The tragic events of recent weeks could have happened in any big city in America. Rough treatment of minorities by police is hardly unique to Baltimore. Serious injuries and deaths are an all-too-common result. This is not to disparage individual law enforcement officers, who have to negotiate a complex and often hostile set of relationships that are not of their making. But again, this is not unique to Baltimore. After Ferguson, and New York, and North Charleston, a spark was bound to ignite somewhere, and that place happened to be Baltimore.
I have lived in Baltimore for more than 40 years. My wife and I have raised three children adopted from South America. One of them identifies himself as black. For years, he has told us stories of police harassment, being pulled over for "driving while black," and being suspected of crimes he could not have committed. This is reality. I do not think there is any parent of a black child who does not understand this to be true, and who does not fear that an innocent act, a taunting remark, or simply being in the wrong place at the wrong time could end up with real harm at the hands of the police.
But this reality exists in every big city. Why was Baltimore the flashpoint?
One reason, ironically, is that Baltimore has been getting better. A down-at-the-heels port city in the 1970s, it is now improving economically, socially, and physically. Also, almost the entire power structure of the city is African-American. This includes the mayor, police chief, state's attorney, and other leaders. An African-American middle class is growing rapidly but moving to the suburbs. Other middle-class people are moving into city neighborhoods and adding vitality and new businesses.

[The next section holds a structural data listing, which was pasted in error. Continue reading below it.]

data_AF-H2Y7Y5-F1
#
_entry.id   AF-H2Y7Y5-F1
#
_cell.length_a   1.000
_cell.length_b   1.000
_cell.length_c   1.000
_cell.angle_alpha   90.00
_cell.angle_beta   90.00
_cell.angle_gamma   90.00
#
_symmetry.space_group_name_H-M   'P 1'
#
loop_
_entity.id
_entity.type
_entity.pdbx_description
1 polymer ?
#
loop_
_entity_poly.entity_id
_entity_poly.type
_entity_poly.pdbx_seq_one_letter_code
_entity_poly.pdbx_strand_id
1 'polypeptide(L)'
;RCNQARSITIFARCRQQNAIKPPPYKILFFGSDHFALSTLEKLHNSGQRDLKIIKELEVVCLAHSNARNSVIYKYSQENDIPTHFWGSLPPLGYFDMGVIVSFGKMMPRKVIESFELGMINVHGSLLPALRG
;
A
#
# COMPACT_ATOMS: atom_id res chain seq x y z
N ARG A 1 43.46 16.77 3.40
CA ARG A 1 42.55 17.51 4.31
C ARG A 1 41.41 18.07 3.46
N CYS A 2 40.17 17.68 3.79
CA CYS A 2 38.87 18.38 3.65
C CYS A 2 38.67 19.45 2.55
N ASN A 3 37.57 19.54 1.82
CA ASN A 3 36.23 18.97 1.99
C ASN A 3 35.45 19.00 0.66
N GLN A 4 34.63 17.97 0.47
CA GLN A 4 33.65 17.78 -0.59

However, the people left in the inner city are not benefitting from all of this change. Many are unemployed or underemployed. Too many are dropouts or have such poor basic skills that they can only qualify for low-level jobs.
The anger and frustration of many Baltimoreans is understandable. They see people all around them, including people who look like them, entering the middle class. But from their point of view, the American dream remains unattainable.
My colleagues and I work in the schools that serve the very communities affected by the recent disturbances. The children who come to these schools start off bright-eyed and bushy-tailed, full of enthusiasm and confidence, like children everywhere. But then all too many of them experience failure. And all that motivation drains away. The majority of fourth graders read below the "basic" level on NAEP Reading. Poor reading skills make it almost impossible for children to grow up with confidence, graduate from high school, and go on to college or high-paying jobs.
None of this is surprising to any educator. But here is what should be infuriating: School failure is preventable. With every passing year we gain increasing evidence that virtually all children can learn to read and to succeed in other subjects. Using EDGAR standards, I count 28 elementary reading programs ready for use today that have at least moderate evidence of effectiveness. Yet none of these is used broadly enough to solve the reading problem in high-poverty schools. There is no reason that every Title I school in America should not be using proven programs.
The smoke rising over Baltimore in recent days is a signal to the whole country. Until we make opportunities available to all and treat everyone with respect and dignity, we can expect the frustrations of those who are shut out to boil over. Many things need to change, but one of the most fundamental is also among the easiest: Make sure that every child, whatever his or her background, learns to become a successful and confident reader. We know how to do it. Now let's do it.
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